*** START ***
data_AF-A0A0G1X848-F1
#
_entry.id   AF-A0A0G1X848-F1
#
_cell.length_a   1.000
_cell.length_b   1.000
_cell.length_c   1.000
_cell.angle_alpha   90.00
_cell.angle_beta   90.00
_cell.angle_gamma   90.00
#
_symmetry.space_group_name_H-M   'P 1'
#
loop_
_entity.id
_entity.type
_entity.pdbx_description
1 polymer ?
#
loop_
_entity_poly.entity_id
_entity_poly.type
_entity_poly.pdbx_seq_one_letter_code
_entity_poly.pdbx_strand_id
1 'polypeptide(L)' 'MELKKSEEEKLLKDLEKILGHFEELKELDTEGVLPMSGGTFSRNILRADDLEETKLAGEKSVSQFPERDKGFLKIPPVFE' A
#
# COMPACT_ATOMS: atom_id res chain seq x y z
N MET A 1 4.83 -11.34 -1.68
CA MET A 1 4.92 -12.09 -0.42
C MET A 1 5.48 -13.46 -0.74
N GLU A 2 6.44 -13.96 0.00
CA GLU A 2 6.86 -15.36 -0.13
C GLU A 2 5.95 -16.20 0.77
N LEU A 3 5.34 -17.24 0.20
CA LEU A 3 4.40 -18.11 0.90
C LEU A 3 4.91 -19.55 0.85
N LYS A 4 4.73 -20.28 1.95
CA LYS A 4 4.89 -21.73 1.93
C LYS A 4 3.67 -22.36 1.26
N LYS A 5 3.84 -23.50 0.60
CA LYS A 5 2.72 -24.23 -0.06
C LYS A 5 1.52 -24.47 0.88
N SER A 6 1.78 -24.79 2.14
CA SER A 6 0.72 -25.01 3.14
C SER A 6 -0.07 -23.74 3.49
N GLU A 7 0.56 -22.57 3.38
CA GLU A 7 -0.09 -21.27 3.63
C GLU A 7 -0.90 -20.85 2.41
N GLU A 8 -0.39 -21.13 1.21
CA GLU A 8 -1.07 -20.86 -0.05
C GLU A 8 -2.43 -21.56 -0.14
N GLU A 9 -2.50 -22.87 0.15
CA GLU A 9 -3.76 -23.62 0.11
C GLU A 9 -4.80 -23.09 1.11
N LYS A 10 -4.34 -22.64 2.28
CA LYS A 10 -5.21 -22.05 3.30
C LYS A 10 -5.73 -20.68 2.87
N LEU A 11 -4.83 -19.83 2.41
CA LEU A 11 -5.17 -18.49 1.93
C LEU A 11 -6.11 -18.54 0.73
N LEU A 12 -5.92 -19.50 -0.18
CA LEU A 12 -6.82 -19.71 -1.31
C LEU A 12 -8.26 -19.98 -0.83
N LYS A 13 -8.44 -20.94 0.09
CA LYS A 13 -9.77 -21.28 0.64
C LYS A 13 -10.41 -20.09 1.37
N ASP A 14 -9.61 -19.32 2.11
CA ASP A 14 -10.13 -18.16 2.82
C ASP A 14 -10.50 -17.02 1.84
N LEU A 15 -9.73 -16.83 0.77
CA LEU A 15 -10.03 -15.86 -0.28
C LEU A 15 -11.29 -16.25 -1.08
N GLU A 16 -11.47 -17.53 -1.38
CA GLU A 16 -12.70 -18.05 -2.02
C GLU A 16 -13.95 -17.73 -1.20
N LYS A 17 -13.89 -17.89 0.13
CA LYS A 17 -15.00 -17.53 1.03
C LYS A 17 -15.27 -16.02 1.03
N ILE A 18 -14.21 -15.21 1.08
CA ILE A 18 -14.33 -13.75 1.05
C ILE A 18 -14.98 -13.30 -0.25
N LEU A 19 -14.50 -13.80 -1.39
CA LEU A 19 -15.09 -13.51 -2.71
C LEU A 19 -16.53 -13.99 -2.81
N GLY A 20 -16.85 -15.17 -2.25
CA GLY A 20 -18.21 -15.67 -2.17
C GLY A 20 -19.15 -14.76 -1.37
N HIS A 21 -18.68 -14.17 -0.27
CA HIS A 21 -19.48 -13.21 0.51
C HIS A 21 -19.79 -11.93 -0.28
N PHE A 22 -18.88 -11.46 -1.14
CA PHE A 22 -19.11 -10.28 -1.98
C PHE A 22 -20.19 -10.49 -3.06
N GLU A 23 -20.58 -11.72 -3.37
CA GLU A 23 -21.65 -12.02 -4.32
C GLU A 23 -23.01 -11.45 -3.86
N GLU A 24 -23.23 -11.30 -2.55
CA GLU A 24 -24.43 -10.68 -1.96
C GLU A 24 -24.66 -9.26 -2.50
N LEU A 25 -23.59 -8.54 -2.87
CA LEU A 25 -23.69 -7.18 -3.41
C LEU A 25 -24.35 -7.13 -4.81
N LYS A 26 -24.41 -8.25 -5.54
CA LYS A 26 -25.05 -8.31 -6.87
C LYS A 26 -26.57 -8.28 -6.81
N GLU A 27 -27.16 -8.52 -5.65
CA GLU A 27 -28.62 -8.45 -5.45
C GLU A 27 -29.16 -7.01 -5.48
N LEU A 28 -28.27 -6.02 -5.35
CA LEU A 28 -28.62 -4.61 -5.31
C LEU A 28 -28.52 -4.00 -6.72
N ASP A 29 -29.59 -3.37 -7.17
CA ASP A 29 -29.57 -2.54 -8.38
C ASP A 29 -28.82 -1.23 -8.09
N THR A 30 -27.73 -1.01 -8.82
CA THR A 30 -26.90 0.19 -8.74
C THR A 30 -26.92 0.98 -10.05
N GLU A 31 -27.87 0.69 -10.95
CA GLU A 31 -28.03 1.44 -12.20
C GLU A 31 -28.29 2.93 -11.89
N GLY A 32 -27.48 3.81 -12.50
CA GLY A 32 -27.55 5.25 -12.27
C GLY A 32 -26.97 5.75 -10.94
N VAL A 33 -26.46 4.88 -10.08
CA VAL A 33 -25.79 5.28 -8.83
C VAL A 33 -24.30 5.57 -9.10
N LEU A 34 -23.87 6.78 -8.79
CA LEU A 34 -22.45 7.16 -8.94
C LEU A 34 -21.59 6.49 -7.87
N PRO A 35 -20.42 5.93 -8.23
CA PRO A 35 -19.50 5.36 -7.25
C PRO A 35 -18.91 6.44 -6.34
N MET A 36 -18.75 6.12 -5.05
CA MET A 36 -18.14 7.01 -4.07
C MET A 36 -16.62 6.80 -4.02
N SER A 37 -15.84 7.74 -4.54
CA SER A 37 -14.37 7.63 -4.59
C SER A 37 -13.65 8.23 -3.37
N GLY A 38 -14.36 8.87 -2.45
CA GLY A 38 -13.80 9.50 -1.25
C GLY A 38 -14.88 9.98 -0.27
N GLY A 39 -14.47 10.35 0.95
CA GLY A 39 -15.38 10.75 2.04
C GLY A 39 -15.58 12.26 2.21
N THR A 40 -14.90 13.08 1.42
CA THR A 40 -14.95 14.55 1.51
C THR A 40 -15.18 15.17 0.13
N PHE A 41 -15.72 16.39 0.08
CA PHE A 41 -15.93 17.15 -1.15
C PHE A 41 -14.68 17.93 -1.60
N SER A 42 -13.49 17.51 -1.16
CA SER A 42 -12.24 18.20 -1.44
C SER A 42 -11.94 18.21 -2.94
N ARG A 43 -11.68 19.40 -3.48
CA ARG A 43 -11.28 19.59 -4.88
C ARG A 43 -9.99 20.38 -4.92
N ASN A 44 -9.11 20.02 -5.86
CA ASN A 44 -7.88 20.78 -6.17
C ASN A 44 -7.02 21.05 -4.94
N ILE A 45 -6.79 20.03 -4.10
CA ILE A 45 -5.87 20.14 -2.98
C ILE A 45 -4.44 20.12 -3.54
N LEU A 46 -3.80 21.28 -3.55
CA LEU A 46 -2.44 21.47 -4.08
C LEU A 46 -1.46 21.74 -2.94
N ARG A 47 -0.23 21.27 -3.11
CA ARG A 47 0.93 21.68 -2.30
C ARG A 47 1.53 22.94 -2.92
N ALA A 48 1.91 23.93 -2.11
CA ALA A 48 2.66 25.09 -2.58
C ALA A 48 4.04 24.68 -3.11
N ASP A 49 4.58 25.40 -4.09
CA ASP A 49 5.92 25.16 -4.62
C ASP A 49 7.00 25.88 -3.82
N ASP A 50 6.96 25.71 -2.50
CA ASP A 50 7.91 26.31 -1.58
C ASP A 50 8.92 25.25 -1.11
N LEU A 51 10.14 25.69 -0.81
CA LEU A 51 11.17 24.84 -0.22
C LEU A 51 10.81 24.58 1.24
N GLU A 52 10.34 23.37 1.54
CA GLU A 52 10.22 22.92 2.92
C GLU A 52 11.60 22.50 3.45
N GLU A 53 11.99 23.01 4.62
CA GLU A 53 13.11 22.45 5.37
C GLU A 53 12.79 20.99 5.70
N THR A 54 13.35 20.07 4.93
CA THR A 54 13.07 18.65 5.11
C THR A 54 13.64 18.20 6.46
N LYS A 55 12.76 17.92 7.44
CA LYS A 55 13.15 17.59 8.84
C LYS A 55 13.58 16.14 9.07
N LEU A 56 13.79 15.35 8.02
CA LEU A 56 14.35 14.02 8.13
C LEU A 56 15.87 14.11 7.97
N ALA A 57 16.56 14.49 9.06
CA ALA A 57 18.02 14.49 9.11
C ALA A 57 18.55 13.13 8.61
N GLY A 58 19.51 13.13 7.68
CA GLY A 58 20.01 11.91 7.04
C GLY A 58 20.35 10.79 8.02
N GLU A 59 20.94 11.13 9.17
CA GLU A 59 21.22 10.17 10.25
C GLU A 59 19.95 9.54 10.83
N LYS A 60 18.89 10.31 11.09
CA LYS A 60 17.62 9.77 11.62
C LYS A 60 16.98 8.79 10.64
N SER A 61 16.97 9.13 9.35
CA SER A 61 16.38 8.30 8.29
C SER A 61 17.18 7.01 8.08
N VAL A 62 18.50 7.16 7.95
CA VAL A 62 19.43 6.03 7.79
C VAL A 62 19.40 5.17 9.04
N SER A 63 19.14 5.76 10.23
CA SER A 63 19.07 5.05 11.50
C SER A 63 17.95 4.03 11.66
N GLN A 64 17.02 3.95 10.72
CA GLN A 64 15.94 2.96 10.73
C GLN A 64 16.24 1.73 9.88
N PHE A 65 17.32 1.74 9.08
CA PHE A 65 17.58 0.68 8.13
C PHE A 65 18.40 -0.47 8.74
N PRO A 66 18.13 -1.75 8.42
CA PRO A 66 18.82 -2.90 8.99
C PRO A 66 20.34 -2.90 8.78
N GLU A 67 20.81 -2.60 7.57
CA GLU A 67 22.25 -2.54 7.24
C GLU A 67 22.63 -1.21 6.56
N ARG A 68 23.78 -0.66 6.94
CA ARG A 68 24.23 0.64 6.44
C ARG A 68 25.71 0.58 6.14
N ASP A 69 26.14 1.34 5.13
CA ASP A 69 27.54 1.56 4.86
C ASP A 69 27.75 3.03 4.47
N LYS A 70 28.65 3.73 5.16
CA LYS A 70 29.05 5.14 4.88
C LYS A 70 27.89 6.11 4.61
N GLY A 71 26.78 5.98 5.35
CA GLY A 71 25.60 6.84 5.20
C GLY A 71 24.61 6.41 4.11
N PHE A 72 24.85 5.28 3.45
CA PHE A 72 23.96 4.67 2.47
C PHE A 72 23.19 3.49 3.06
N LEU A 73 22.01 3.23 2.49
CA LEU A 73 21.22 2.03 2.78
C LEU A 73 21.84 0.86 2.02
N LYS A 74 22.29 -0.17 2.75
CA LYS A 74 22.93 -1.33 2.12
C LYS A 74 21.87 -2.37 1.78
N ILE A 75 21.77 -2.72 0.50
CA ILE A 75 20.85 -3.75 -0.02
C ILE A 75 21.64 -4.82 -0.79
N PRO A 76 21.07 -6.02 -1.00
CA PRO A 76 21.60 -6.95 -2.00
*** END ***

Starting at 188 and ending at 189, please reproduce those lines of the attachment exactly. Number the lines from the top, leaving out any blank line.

CA THR A 54 13.07 18.65 5.11
C THR A 54 13.64 18.20 6.46